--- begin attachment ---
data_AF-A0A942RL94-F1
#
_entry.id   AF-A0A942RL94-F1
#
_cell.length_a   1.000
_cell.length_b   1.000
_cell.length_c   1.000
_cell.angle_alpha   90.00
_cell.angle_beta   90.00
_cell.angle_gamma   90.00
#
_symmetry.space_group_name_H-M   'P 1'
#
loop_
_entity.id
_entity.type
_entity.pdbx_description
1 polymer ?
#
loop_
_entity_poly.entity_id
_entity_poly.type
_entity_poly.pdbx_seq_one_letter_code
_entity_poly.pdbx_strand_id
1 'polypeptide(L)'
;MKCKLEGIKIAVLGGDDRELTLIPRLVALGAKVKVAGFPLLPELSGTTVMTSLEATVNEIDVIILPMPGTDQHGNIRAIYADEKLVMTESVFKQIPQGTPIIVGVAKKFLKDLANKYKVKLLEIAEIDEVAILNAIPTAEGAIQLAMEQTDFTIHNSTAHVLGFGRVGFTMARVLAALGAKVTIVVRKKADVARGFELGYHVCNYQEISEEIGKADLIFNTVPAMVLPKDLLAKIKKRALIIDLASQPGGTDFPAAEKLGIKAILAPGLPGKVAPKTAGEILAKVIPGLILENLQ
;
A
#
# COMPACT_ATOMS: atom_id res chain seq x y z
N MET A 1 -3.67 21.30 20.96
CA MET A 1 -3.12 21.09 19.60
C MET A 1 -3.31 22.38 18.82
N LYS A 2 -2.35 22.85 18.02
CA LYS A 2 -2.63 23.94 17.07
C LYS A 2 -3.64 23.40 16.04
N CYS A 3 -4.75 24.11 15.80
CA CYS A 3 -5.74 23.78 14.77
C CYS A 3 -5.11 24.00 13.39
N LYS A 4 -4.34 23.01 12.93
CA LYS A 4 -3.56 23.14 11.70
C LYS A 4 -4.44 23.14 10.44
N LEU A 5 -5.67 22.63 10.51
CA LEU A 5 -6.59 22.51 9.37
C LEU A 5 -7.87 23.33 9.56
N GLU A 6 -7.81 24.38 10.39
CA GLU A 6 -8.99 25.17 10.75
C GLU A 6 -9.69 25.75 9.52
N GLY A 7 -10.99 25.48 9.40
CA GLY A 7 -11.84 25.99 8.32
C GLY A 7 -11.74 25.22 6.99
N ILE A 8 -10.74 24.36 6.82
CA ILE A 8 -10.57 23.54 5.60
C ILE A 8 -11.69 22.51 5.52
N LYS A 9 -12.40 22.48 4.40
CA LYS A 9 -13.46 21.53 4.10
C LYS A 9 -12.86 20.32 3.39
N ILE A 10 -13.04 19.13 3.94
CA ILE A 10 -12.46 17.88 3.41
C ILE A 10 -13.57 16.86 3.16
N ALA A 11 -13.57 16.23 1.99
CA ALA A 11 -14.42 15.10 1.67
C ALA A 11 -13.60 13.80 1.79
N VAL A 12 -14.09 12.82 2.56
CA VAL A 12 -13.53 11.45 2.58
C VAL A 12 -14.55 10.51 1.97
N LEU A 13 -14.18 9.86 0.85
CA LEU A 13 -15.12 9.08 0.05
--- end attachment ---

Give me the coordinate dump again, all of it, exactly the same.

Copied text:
data_AF-A0A942RL94-F1
#
_entry.id   AF-A0A942RL94-F1
#
_cell.length_a   1.000
_cell.length_b   1.000
_cell.length_c   1.000
_cell.angle_alpha   90.00
_cell.angle_beta   90.00
_cell.angle_gamma   90.00
#
_symmetry.space_group_name_H-M   'P 1'
#
loop_
_entity.id
_entity.type
_entity.pdbx_description
1 polymer ?
#
loop_
_entity_poly.entity_id
_entity_poly.type
_entity_poly.pdbx_seq_one_letter_code
_entity_poly.pdbx_strand_id
1 'polypeptide(L)'
;MKCKLEGIKIAVLGGDDRELTLIPRLVALGAKVKVAGFPLLPELSGTTVMTSLEATVNEIDVIILPMPGTDQHGNIRAIYADEKLVMTESVFKQIPQGTPIIVGVAKKFLKDLANKYKVKLLEIAEIDEVAILNAIPTAEGAIQLAMEQTDFTIHNSTAHVLGFGRVGFTMARVLAALGAKVTIVVRKKADVARGFELGYHVCNYQEISEEIGKADLIFNTVPAMVLPKDLLAKIKKRALIIDLASQPGGTDFPAAEKLGIKAILAPGLPGKVAPKTAGEILAKVIPGLILENLQ
;
A
#
# COMPACT_ATOMS: atom_id res chain seq x y z
N MET A 1 -3.67 21.30 20.96
CA MET A 1 -3.12 21.09 19.60
C MET A 1 -3.31 22.38 18.82
N LYS A 2 -2.35 22.85 18.02
CA LYS A 2 -2.63 23.94 17.07
C LYS A 2 -3.64 23.40 16.04
N CYS A 3 -4.75 24.11 15.80
CA CYS A 3 -5.74 23.78 14.77
C CYS A 3 -5.11 24.00 13.39
N LYS A 4 -4.34 23.01 12.93
CA LYS A 4 -3.56 23.14 11.70
C LYS A 4 -4.44 23.14 10.44
N LEU A 5 -5.67 22.63 10.51
CA LEU A 5 -6.59 22.51 9.37
C LEU A 5 -7.87 23.33 9.56
N GLU A 6 -7.81 24.38 10.39
CA GLU A 6 -8.99 25.17 10.75
C GLU A 6 -9.69 25.75 9.52
N GLY A 7 -10.99 25.48 9.40
CA GLY A 7 -11.84 25.99 8.32
C GLY A 7 -11.74 25.22 6.99
N ILE A 8 -10.74 24.36 6.82
CA ILE A 8 -10.57 23.54 5.60
C ILE A 8 -11.69 22.51 5.52
N LYS A 9 -12.40 22.48 4.40
CA LYS A 9 -13.46 21.53 4.10
C LYS A 9 -12.86 20.32 3.39
N ILE A 10 -13.04 19.13 3.94
CA ILE A 10 -12.46 17.88 3.41
C ILE A 10 -13.57 16.86 3.16
N ALA A 11 -13.57 16.23 1.99
CA ALA A 11 -14.42 15.10 1.67
C ALA A 11 -13.60 13.80 1.79
N VAL A 12 -14.09 12.82 2.56
CA VAL A 12 -13.53 11.45 2.58
C VAL A 12 -14.55 10.51 1.97
N LEU A 13 -14.18 9.86 0.85
CA LEU A 13 -15.12 9.08 0.05